late evening onwards. The first stationary point, prior to opposition, is on the 20th December after which the planet follows a retrograde
||1st Stationary Point - Leo - mag -0.6|
Jupiter begins 2009 in Sagittarius but quickly moves into Capricorn by January 4th where it stays for rest of the year.
It passes through conjunction in January and is too close to the Sun for reasonable
observation until February when it becomes a morning object at -1.9 magnitude. The planet becomes increasingly easier to locate as it reaches
opposition at -2.9 magnitude in mid-August and is visible throughout the night from anywhere on Earth. After opposition brightness fades to -2.2
magnitude by the end of the year.
||Conjunction - mag -1.9|
||1st Stationary Point - Aquarius/Capricorn - mag -2.6|
||Opposition - Capricorn - mag -2.9|
||2nd Stationary Point - mag -2.6|
Saturn begins 2009 at +0.8 magnitude moving retrograde through Leo. Reaching opposition in March and brightening
to +0.5 magnitude, Saturn moves to its
second stationary point in May and then resumes a direct motion into Virgo on the 2nd September where the planet remains for the rest of the year.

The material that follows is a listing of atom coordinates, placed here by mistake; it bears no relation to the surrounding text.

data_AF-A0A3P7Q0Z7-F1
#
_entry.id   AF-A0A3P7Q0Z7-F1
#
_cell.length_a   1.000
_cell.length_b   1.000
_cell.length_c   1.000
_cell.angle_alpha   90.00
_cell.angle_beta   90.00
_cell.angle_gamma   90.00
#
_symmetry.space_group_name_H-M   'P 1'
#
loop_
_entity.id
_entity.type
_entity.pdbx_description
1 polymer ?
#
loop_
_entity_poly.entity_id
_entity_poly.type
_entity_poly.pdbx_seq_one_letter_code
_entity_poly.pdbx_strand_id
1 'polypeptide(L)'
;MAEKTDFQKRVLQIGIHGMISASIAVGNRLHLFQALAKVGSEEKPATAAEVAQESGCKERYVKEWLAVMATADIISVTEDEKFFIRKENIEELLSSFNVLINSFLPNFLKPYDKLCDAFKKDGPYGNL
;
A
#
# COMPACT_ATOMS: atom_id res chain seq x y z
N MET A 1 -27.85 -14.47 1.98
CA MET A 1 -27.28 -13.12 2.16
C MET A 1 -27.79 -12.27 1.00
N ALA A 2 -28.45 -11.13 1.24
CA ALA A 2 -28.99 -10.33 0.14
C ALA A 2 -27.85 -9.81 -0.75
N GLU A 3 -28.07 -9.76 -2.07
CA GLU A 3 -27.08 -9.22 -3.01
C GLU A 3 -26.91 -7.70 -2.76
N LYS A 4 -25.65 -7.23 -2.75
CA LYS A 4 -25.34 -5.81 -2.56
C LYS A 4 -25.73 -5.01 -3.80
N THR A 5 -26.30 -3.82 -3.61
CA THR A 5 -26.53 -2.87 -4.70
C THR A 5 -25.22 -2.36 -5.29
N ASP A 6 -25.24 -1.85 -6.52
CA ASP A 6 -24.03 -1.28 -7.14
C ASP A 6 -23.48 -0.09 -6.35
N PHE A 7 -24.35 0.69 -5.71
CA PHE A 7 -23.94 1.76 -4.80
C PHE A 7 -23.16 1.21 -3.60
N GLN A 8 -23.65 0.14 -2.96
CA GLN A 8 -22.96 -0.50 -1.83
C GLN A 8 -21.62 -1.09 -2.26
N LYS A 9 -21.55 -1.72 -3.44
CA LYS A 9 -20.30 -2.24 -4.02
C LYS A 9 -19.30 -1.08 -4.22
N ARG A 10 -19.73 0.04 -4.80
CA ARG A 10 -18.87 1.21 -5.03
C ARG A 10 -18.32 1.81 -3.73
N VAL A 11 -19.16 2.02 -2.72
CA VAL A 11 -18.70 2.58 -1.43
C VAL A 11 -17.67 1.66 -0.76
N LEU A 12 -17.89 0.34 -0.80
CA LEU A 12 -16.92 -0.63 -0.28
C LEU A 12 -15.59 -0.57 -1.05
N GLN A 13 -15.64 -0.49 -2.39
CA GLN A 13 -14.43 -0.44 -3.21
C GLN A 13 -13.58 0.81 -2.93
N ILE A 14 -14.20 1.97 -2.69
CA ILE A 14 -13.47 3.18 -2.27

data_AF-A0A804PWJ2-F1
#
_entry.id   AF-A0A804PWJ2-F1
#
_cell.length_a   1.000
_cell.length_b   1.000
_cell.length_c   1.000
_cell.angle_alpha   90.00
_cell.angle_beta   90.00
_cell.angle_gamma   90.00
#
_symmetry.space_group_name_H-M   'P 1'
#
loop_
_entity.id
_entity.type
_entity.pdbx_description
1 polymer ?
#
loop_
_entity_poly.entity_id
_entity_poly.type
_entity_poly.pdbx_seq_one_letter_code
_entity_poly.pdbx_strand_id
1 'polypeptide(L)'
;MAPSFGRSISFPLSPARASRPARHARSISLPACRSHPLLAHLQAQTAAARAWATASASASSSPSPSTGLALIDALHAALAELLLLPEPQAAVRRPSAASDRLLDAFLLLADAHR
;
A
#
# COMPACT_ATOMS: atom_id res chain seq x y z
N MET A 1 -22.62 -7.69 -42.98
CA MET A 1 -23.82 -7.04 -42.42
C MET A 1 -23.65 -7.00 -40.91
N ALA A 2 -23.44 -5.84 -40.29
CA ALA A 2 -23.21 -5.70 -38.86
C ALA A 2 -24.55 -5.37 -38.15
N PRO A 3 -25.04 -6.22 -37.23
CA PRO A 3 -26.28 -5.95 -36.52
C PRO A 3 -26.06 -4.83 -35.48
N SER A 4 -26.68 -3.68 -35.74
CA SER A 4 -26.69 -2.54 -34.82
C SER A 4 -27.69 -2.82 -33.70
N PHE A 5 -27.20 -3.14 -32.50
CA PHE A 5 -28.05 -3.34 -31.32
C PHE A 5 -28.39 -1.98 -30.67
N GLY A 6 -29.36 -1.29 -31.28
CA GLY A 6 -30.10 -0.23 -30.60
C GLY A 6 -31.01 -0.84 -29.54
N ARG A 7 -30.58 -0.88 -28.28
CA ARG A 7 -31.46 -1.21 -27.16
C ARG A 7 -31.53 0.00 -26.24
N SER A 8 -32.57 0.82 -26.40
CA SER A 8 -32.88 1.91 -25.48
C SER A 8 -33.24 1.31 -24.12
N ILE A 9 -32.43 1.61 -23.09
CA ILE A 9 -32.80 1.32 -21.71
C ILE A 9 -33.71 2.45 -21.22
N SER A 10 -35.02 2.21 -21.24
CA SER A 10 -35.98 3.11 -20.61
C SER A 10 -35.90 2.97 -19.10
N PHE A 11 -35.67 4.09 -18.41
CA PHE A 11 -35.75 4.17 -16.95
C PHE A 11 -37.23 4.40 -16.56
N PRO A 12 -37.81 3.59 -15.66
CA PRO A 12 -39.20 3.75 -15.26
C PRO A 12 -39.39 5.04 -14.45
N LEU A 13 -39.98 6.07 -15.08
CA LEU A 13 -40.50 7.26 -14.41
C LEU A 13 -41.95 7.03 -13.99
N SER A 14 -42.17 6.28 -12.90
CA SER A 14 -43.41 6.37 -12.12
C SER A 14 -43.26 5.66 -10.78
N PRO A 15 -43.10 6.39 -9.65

During 2009, Saturn is reasonably well placed for telescopic viewing until July. Observers at mid-northern latitudes can find Saturn fairly high in
the evening sky from January through to May, after which it is visible low in the sky and/or in bright twilight.
Saturn's spectacular ring system remains nearly edge-on to Earth throughout this apparition, appearing as little more than a bright line through most backyard
telescopes. The rings are tilted less than 1║ away from Earth until mid-January, opening to a maximum of 3║ in March, after which they begin to close
again towards August 10th when the Sun passes through the ring plane from south to north and September 4th when Earth also crosses through to north.
Saturn┤s moons tend to be hidden in the glare of the rings when they are wide open and, with the exception of 8th-magnitude Titan, all of Saturn's moons are
fairly faint and easily confused with background stars. Moreover, the innermost moons, with orbital periods of just one or two day days, swap positions at a
furious rate making it difficult to identify them. From Earth-based telescopes, ring plane crossings have been the best times to view Saturn┤s extensive family
of moons and to discover new moons but on this occasion the Sun will be only 11║ east which is too close for good observation.
||Opposition - Leo - mag +0.5|
||2nd Stationary Point - mag +0.9|